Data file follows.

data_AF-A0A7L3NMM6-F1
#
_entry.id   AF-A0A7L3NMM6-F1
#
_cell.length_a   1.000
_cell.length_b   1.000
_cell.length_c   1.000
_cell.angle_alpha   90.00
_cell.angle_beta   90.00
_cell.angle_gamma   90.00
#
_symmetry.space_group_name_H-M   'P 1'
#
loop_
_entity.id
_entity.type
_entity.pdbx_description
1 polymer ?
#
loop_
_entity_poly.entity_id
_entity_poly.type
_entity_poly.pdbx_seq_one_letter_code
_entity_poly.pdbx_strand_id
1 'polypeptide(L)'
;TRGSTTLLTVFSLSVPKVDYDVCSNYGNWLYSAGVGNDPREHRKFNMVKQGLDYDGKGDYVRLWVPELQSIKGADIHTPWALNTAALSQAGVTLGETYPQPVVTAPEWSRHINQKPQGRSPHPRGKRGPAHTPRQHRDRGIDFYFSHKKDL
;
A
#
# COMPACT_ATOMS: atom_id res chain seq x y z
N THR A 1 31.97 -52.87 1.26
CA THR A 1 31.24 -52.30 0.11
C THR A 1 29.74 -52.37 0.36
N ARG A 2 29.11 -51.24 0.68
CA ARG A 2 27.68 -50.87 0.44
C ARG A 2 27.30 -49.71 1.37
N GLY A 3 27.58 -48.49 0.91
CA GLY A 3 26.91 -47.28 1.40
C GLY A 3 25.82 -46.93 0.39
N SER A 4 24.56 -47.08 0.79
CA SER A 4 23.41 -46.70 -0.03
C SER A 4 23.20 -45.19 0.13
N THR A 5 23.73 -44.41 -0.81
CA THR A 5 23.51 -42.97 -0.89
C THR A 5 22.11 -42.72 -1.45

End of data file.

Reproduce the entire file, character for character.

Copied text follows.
data_AF-A0A7L3NMM6-F1
#
_entry.id   AF-A0A7L3NMM6-F1
#
_cell.length_a   1.000
_cell.length_b   1.000
_cell.length_c   1.000
_cell.angle_alpha   90.00
_cell.angle_beta   90.00
_cell.angle_gamma   90.00
#
_symmetry.space_group_name_H-M   'P 1'
#
loop_
_entity.id
_entity.type
_entity.pdbx_description
1 polymer ?
#
loop_
_entity_poly.entity_id
_entity_poly.type
_entity_poly.pdbx_seq_one_letter_code
_entity_poly.pdbx_strand_id
1 'polypeptide(L)'
;TRGSTTLLTVFSLSVPKVDYDVCSNYGNWLYSAGVGNDPREHRKFNMVKQGLDYDGKGDYVRLWVPELQSIKGADIHTPWALNTAALSQAGVTLGETYPQPVVTAPEWSRHINQKPQGRSPHPRGKRGPAHTPRQHRDRGIDFYFSHKKDL
;
A
#
# COMPACT_ATOMS: atom_id res chain seq x y z
N THR A 1 31.97 -52.87 1.26
CA THR A 1 31.24 -52.30 0.11
C THR A 1 29.74 -52.37 0.36
N ARG A 2 29.11 -51.24 0.68
CA ARG A 2 27.68 -50.87 0.44
C ARG A 2 27.30 -49.71 1.37
N GLY A 3 27.58 -48.49 0.91
CA GLY A 3 26.91 -47.28 1.40
C GLY A 3 25.82 -46.93 0.39
N SER A 4 24.56 -47.08 0.79
CA SER A 4 23.41 -46.70 -0.03
C SER A 4 23.20 -45.19 0.13
N THR A 5 23.73 -44.41 -0.81
CA THR A 5 23.51 -42.97 -0.89
C THR A 5 22.11 -42.72 -1.45